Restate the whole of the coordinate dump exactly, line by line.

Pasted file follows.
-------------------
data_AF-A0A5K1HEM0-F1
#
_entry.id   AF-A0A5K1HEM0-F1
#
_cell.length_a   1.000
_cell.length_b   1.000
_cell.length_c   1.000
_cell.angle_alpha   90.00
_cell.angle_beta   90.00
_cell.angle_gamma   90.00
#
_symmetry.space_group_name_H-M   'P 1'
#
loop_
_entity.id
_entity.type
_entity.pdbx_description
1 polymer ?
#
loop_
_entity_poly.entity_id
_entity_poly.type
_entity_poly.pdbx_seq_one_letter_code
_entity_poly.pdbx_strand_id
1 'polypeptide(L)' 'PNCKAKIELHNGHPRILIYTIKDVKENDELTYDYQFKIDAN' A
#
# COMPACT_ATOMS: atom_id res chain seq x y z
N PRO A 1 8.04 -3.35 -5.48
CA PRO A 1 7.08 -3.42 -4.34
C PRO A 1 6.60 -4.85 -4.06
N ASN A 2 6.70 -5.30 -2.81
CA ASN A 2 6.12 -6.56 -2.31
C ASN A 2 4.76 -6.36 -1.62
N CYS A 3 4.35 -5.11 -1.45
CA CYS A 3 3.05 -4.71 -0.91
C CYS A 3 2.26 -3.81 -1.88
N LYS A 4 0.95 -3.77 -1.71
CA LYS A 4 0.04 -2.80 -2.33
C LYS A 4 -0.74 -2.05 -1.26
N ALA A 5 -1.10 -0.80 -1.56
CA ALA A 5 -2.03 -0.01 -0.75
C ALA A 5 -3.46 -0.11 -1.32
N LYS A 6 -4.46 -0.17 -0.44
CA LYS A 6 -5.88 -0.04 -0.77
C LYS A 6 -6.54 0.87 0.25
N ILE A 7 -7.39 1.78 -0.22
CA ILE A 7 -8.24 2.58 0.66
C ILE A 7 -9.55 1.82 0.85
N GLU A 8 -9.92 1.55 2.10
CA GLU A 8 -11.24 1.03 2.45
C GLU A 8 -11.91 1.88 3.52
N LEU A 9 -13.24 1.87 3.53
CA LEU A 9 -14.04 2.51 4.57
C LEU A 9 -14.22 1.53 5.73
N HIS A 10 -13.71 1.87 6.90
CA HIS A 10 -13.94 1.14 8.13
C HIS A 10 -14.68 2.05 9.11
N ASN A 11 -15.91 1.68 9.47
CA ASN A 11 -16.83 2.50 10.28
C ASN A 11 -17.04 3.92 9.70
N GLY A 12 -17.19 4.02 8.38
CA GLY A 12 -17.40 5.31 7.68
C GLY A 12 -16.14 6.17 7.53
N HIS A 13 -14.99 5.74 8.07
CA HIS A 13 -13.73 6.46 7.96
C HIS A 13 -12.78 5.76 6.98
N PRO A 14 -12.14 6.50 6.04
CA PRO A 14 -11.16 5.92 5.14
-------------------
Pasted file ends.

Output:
data_AF-A0A5K1HEM0-F1
#
_entry.id   AF-A0A5K1HEM0-F1
#
_cell.length_a   1.000
_cell.length_b   1.000
_cell.length_c   1.000
_cell.angle_alpha   90.00
_cell.angle_beta   90.00
_cell.angle_gamma   90.00
#
_symmetry.space_group_name_H-M   'P 1'
#
loop_
_entity.id
_entity.type
_entity.pdbx_description
1 polymer ?
#
loop_
_entity_poly.entity_id
_entity_poly.type
_entity_poly.pdbx_seq_one_letter_code
_entity_poly.pdbx_strand_id
1 'polypeptide(L)' 'PNCKAKIELHNGHPRILIYTIKDVKENDELTYDYQFKIDAN' A
#
# COMPACT_ATOMS: atom_id res chain seq x y z
N PRO A 1 8.04 -3.35 -5.48
CA PRO A 1 7.08 -3.42 -4.34
C PRO A 1 6.60 -4.85 -4.06
N ASN A 2 6.70 -5.30 -2.81
CA ASN A 2 6.12 -6.56 -2.31
C ASN A 2 4.76 -6.36 -1.62
N CYS A 3 4.35 -5.11 -1.45
CA CYS A 3 3.05 -4.71 -0.91
C CYS A 3 2.26 -3.81 -1.88
N LYS A 4 0.95 -3.77 -1.71
CA LYS A 4 0.04 -2.80 -2.33
C LYS A 4 -0.74 -2.05 -1.26
N ALA A 5 -1.10 -0.80 -1.56
CA ALA A 5 -2.03 -0.01 -0.75
C ALA A 5 -3.46 -0.11 -1.32
N LYS A 6 -4.46 -0.17 -0.44
CA LYS A 6 -5.88 -0.04 -0.77
C LYS A 6 -6.54 0.87 0.25
N ILE A 7 -7.39 1.78 -0.22
CA ILE A 7 -8.24 2.58 0.66
C ILE A 7 -9.55 1.82 0.85
N GLU A 8 -9.92 1.55 2.10
CA GLU A 8 -11.24 1.03 2.45
C GLU A 8 -11.91 1.88 3.52
N LEU A 9 -13.24 1.87 3.53
CA LEU A 9 -14.04 2.51 4.57
C LEU A 9 -14.22 1.53 5.73
N HIS A 10 -13.71 1.87 6.90
CA HIS A 10 -13.94 1.14 8.13
C HIS A 10 -14.68 2.05 9.11
N ASN A 11 -15.91 1.68 9.47
CA ASN A 11 -16.83 2.50 10.28
C ASN A 11 -17.04 3.92 9.70
N GLY A 12 -17.19 4.02 8.38
CA GLY A 12 -17.40 5.31 7.68
C GLY A 12 -16.14 6.17 7.53
N HIS A 13 -14.99 5.74 8.07
CA HIS A 13 -13.73 6.46 7.96
C HIS A 13 -12.78 5.76 6.98
N PRO A 14 -12.14 6.50 6.04
CA PRO A 14 -11.16 5.92 5.14